In Cory Doctorow’s novel “Little Brother”, the passage which resonated with me the most was the one on page 57 where Marcus had just given up his phone password to Carrie Johnstone. In this passage, he begins to explain the essence of cryptography and the reason why it stood out the most was that in that one short passage, he went over almost everything that we have done in historical aspect of our cryptography class.
Firstly, he touches upon the fact that cryptography used by the common man is just as strong as the one used by the National Security Agency. This is representative of the progress we’ve made as compared to the cryptography used by Mary Queen of Scots, a topic we discussed in detail as the first chapter of Simon Singh’s “The Code Book”. In that chapter, we see how niche cryptography was and more so cryptanalysis whereas now it is a ubiquitous phenomenon, very often taken for granted.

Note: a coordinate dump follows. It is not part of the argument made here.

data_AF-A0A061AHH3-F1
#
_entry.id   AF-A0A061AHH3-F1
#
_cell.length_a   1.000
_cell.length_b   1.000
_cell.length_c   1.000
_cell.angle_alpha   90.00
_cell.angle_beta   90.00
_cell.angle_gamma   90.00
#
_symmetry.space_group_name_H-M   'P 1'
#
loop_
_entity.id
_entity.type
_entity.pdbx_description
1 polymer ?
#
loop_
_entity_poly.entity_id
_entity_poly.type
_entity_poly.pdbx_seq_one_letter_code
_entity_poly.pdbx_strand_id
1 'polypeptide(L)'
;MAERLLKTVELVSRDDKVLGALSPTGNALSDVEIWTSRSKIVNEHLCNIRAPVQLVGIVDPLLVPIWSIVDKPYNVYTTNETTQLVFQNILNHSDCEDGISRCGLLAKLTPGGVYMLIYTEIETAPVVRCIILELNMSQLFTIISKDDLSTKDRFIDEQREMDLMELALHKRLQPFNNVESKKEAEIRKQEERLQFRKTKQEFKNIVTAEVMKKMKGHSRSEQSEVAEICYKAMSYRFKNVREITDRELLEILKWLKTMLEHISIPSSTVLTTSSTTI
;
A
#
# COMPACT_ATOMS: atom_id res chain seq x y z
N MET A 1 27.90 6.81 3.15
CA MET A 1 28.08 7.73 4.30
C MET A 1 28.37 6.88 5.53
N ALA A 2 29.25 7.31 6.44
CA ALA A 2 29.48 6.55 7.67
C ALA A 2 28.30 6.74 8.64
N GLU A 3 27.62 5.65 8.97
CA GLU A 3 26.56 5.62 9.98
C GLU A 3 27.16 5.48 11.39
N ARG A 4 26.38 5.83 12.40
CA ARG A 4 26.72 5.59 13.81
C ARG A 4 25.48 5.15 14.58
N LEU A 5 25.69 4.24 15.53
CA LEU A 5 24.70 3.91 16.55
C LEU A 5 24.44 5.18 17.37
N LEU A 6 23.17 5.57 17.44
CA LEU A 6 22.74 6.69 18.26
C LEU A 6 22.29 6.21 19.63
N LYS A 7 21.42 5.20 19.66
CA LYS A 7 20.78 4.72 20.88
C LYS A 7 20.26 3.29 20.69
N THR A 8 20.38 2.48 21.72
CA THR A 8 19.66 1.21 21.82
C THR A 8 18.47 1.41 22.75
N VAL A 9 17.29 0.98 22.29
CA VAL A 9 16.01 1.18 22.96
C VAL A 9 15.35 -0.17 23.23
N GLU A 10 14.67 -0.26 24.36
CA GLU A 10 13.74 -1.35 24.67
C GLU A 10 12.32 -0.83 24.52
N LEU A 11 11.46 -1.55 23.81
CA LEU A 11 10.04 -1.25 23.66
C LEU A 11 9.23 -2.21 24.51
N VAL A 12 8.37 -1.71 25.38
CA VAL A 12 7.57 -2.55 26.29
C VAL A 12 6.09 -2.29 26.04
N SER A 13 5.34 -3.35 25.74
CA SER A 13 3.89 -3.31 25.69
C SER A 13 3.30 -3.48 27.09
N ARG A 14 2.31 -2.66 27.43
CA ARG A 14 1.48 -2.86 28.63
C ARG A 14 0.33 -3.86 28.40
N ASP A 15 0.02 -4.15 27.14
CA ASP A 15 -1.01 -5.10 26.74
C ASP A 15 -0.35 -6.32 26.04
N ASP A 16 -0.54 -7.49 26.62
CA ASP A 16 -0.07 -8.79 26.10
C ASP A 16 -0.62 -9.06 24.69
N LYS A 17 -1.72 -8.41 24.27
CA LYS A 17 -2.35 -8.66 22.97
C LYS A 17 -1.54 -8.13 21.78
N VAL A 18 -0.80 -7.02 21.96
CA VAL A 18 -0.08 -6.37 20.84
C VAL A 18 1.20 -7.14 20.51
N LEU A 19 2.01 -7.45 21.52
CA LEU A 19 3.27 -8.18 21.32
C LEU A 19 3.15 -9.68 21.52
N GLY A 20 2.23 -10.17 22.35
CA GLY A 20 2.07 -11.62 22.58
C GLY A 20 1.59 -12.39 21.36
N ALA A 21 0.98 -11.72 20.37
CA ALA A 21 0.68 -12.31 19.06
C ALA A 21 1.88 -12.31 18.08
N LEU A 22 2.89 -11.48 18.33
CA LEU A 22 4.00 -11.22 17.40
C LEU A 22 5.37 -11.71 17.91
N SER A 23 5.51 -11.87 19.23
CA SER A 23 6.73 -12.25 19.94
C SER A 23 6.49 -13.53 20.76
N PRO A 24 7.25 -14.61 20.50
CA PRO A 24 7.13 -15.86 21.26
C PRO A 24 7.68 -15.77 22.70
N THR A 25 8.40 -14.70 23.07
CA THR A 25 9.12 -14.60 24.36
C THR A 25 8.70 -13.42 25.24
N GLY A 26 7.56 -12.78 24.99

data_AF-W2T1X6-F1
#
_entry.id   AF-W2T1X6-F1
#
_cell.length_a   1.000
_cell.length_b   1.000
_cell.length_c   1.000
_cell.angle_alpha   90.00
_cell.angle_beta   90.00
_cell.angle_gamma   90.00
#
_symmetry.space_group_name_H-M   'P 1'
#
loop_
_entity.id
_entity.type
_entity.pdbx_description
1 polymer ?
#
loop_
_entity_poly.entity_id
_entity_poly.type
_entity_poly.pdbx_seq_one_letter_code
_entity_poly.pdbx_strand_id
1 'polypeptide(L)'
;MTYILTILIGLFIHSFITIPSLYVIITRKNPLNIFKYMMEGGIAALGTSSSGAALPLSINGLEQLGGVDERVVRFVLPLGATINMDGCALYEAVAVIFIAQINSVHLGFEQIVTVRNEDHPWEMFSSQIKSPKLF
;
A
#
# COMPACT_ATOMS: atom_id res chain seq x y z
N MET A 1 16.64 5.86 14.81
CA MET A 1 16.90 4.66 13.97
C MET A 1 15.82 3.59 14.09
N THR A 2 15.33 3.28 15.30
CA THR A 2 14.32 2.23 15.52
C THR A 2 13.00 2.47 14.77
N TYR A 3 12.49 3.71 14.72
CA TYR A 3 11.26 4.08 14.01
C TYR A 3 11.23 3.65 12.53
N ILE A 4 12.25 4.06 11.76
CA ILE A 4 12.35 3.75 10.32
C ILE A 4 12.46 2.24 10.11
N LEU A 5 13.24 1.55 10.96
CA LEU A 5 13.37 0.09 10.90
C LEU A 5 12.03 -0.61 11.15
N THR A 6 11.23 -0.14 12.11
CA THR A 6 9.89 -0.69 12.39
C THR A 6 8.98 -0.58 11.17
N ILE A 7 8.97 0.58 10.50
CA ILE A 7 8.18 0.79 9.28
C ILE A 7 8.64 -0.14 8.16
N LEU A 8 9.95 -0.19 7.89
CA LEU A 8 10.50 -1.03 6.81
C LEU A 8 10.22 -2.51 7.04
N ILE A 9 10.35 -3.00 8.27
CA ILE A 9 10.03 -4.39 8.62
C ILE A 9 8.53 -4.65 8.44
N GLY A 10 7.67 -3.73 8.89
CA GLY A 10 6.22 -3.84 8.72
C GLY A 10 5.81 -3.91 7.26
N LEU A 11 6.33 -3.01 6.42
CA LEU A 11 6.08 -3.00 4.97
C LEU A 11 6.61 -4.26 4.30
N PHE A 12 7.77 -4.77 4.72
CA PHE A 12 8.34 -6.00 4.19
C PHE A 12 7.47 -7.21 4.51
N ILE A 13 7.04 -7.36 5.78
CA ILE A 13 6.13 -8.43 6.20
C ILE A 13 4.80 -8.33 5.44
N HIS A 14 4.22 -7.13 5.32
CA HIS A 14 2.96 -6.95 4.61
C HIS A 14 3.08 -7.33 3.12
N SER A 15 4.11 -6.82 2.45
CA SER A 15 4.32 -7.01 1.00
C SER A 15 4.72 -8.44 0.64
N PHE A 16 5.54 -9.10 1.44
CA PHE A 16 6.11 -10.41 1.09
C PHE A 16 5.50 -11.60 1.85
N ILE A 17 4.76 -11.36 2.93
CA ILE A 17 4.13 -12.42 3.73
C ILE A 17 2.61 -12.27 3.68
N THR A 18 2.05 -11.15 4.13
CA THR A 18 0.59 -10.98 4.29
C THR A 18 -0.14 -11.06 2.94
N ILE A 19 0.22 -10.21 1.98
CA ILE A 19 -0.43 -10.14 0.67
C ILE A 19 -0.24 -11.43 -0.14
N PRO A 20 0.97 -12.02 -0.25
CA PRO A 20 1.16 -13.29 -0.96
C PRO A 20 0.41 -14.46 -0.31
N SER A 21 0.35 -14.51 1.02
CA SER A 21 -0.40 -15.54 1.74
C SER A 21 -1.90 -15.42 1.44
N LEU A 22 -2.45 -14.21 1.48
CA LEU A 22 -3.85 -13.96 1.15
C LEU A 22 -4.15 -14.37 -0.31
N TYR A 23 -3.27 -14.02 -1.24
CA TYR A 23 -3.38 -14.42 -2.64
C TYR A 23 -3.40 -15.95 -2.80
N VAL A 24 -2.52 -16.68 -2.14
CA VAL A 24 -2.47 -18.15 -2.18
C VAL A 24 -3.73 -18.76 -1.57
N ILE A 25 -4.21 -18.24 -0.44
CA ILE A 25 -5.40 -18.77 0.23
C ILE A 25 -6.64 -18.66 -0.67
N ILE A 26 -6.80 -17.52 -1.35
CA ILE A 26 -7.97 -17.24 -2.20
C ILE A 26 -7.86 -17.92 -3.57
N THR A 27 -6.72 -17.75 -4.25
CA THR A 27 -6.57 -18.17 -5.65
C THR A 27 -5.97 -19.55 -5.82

Secondly, Marcus talks about how his privacy was in question, again something we have deliberated on as we weighed out the balance between public safety and privacy. Reading between the lines, it is also seen that when it comes to cryptography, having enough resources can always crack the code, regardless of the ethics of the means you use to do so. Just like in the San Bernardino’s case, the FBI found a way to get past the encryption, the DHS were able to pressure Marcus into giving up his own privacy, which begs the question that in an absolute sense, can anything ever be kept completely secret?
Finally, Marcus asserts that the best means of measuring the efficacy of an encryption is its prevalence. This argument runs parallel to the ideas of Joseph Bramah’s challenge as explained in “Perfect Security-99 Percent Invisible” where he explains the mechanism behind it and still exacts the public to try and open it. The fact that his lock was not picked for a substantial period of time reinforces the level of security it provided to its user.